This race calls for a power meter!!

Since my training partner Kristie and I are doing the men’s team time trail next month, I decided to call Tony Manzella to find out the best way to prepare.

“You?” he said, fairly incredulously.

“Yeah,” I said.

He paused because he is a nice guy and a time trail champion and a problem solver and he didn’t want to hurt my feelings. “Well, as long as you have enough time to prepare, it should go okay.”

“How much time do you think I need?”

“Five or six years, maybe?” I could hear the note of faint optimism, and seized it.

My main question though was about equipment. I’m very cheap and don’t like spending money on anything, especially bicycle things. Tony was helpful there, too. “Don’t buy a TT bike. Get a power meter if you can. A helmet and a power meter and you’re good to go.”

I went online and stopped looking at power meters after twenty or thirty seconds, which was how long it took me to understand that they cost more than $15. Next I went to my bike parts drawer, located above the underwear and below the socks, and rummaged around. I was pretty sure I had an old Timex power meter in there somewhere. Sure enough, I found it.


Unfortunately, the battery was dead. It was complicated replacing it, especially pulling out the little watchband springy thingies, which shot across the room and landed on the beige carpet, invisible. I had to replace the blue strap because it was covered in a strange brown rusty fungus that smelled like the underside of a toenail.

Lots of people think you can’t really monitor your efforts unless you have a modern power meter that costs more than $15. But the Timex power meter has in the past been used in bicycle racing with modest success.


The Timex power meter has several cutting edge functions that are quite useful and relevant today. First, it measures time. This tells you how long you have been pedaling. If you are pedaling over a set course, such as the state team time trail course, then you also will know the distance.

By combining the Timex time output with the distance, the Timex power meter lets you calculate something known as “speed.” With the time output, the distance, and the speed, it is then possible to predict whether you should pedal more, pedal less, or go home.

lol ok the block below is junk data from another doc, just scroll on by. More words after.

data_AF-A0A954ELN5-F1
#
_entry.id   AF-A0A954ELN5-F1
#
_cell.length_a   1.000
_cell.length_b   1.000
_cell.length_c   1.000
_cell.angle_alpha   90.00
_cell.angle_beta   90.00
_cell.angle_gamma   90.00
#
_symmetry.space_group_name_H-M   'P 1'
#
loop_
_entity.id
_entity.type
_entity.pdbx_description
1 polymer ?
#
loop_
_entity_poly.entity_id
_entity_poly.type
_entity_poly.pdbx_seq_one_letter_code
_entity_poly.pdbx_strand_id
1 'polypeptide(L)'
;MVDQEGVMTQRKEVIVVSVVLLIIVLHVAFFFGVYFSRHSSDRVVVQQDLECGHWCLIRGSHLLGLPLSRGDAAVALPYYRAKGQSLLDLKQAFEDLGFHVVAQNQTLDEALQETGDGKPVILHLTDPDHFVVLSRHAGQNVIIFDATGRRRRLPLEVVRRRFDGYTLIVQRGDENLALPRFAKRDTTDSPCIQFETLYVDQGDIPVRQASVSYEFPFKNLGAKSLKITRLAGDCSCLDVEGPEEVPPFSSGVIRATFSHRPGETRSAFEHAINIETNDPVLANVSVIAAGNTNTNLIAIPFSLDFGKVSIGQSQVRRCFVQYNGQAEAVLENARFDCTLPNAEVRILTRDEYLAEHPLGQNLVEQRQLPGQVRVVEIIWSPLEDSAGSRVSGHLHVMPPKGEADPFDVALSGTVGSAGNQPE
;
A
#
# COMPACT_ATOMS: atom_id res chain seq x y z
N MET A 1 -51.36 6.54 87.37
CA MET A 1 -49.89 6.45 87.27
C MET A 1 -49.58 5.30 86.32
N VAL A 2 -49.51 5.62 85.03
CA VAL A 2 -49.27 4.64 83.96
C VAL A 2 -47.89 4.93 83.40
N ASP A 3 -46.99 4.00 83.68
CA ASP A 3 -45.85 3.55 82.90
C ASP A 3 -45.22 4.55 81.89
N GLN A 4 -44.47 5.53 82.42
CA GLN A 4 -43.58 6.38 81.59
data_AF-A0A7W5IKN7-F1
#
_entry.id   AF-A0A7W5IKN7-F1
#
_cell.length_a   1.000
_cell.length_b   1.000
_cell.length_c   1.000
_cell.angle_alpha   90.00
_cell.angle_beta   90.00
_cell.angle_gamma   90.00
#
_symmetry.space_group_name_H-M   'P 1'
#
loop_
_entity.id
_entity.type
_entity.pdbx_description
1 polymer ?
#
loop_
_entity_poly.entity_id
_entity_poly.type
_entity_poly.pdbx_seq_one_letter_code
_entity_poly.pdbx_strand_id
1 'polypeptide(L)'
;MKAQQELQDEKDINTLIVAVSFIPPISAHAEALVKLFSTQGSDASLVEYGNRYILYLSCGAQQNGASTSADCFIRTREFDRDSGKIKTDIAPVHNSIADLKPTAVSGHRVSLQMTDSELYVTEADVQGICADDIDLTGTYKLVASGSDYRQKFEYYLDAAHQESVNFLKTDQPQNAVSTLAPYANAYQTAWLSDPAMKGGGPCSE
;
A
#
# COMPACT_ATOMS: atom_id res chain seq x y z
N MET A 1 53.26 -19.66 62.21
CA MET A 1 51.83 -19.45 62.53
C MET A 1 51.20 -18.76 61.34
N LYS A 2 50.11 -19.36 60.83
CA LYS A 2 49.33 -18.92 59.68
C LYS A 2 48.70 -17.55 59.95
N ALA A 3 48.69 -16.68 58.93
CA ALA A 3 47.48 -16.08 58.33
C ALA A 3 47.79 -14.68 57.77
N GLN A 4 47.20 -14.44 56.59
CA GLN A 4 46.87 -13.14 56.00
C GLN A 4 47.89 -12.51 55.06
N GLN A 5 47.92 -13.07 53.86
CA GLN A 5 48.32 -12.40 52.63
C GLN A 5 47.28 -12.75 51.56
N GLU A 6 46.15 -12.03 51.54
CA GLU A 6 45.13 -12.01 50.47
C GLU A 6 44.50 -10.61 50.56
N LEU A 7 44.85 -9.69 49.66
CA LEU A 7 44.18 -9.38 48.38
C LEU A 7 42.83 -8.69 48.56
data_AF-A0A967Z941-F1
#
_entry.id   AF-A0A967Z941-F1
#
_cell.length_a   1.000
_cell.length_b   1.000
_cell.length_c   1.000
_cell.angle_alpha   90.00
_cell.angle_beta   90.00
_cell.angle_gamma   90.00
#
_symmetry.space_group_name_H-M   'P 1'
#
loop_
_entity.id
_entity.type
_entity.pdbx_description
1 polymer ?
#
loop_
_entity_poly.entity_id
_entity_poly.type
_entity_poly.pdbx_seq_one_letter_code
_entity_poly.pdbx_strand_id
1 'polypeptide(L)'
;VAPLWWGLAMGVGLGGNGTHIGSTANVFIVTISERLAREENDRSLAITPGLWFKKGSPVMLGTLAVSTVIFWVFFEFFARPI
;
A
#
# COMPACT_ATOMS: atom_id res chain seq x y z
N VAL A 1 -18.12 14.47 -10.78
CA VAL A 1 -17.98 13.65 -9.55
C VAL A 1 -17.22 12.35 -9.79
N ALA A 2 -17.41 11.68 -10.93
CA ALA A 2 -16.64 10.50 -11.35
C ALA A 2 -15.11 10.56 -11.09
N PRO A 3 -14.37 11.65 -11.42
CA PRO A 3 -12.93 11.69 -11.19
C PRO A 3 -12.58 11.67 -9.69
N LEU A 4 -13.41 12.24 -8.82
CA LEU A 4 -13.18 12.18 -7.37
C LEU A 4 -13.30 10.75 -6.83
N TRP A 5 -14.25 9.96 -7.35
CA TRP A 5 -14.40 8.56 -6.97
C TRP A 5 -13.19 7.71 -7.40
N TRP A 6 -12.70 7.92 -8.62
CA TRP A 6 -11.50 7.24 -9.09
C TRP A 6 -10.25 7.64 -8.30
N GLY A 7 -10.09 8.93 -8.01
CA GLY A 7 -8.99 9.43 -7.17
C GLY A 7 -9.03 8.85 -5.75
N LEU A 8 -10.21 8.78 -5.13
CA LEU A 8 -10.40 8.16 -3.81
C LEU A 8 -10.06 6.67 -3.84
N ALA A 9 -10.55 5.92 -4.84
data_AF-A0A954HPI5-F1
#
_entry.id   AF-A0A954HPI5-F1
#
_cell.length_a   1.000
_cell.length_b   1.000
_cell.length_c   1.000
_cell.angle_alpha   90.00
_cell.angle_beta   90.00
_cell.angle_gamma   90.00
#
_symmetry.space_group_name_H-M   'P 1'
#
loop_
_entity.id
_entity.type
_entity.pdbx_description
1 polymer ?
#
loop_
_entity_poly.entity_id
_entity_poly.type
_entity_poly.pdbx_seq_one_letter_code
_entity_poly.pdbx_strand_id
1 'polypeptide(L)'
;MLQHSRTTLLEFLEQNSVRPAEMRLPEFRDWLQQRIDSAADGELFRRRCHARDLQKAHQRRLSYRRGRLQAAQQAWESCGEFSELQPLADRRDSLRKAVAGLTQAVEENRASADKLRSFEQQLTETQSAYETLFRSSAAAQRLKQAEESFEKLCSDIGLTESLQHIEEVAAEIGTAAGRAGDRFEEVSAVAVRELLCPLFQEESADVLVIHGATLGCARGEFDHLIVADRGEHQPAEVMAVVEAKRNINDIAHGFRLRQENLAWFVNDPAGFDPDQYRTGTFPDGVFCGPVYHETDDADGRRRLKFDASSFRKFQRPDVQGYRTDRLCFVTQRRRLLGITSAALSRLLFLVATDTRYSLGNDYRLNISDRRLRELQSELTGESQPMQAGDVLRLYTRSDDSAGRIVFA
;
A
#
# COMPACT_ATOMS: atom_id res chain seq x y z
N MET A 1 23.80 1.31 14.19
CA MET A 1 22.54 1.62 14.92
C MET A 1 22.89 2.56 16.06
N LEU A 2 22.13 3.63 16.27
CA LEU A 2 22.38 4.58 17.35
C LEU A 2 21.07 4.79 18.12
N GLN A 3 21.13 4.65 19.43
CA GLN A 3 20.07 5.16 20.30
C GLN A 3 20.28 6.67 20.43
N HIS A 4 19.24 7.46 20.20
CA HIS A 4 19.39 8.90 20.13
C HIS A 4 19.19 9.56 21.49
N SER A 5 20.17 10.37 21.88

I have high expectations of this performance device and will provide a DC Rainmaker appraisal of it in much greater detail after the race. For now, here is a basic review of the Timex power meter:

  • Aero fit on wrist.
  • Easy to read display.
  • Lightweight.
  • See-in-the-dark dial for when you’re deep in the pain cave.
  • Convenient date display so you know you are there on the correct day.
  • Retails for $38, roughly 100 times cheaper than the SRM power meter.
  • Compatible with all bottom brackets.
  • Compatible with Campy/SRAM/Shimano.
  • Accurate to within +/- 5 seconds per year.
  • Installs in seconds.
  • Removes easily for quick cleaning.
  • Looks good with a suit and tie.



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28 thoughts on “This race calls for a power meter!!”

  1. Ray’s in LA this week. You might be able to get a review template from him if you ask.

  2. Are you sure that’s within the rules, didn’t sky get into trouble for smuggling Wiggo’s Rolex in a package marked performance enhancing drugs?

  3. Two statements in one sentence…one the truth, “I’m very cheap…” —
    and the other not so true, “…I don’t like spending money on anything, especially bicycle things.”
    You love to spend money on bicycle things…I think you need an intervention.

    1. I have less bike stuff by orders of magnitude than any cyclist I’ve ever met … true story. For starters, I own one bicycle [drops mic].

  4. Merckx was really ahead of his time in training methodology, that looks like a FitBit on his wrist.

  5. If you’re going all old school tester, the least you should do is attach it to your bars, so it at least look like you know what you are doing. Roger and Eddy are where there time pieces road race style, because they are road racing.

  6. Seth, I remember the first time we rode together. It was before the donut and we did a clockwise loop around PV to warm up (and finish me off!) Just us. The conversation was good as we went nice n easy. You yanked on my jersey pocket a few times as a kind notification that I was half wheeling you like a half-wanker. I keep that lesson with me. Then as we passed Via Coronel and came to Pregnant Point a couple guys bridged up to us (ha) and started quizzing you on bike gear. The question & answer that really got me rolling was when they asked what kind of power meter you had. You responded (more or less…) “One with five sensors (with animated smacks to key locations): one on each thigh, one on each glute, and one on my heart. And when they burn I know I’m going hard!”

    I nearly fell off my bike laughing! Thank you for that ride and the fun memories and good luck to you and Kristie! I’m sure your Timex will suffice.

    1. Haha! I remember that ride! I think the sensors were two legs, two lungs, and a heart!

      Thanks for the refresher tech course!

  7. Good enough for all of those riders who could ride 25 miles in 54 minutes in wool shorts, toe clips, hairnets, 19 lb bikes. Aero was a flat back. Your computer was the wrist watch you wore on the inside of your wrist so that it faced you while in the drops. Your cadence was what you counted out in your head while watching the sweep hand. Your watts were what you had left at the half way turn around. To hell with Moser and LeMond technology.

  8. And if you can find your pulse after a time trailing session it makes for a fantastic digital-manual heart monitor.

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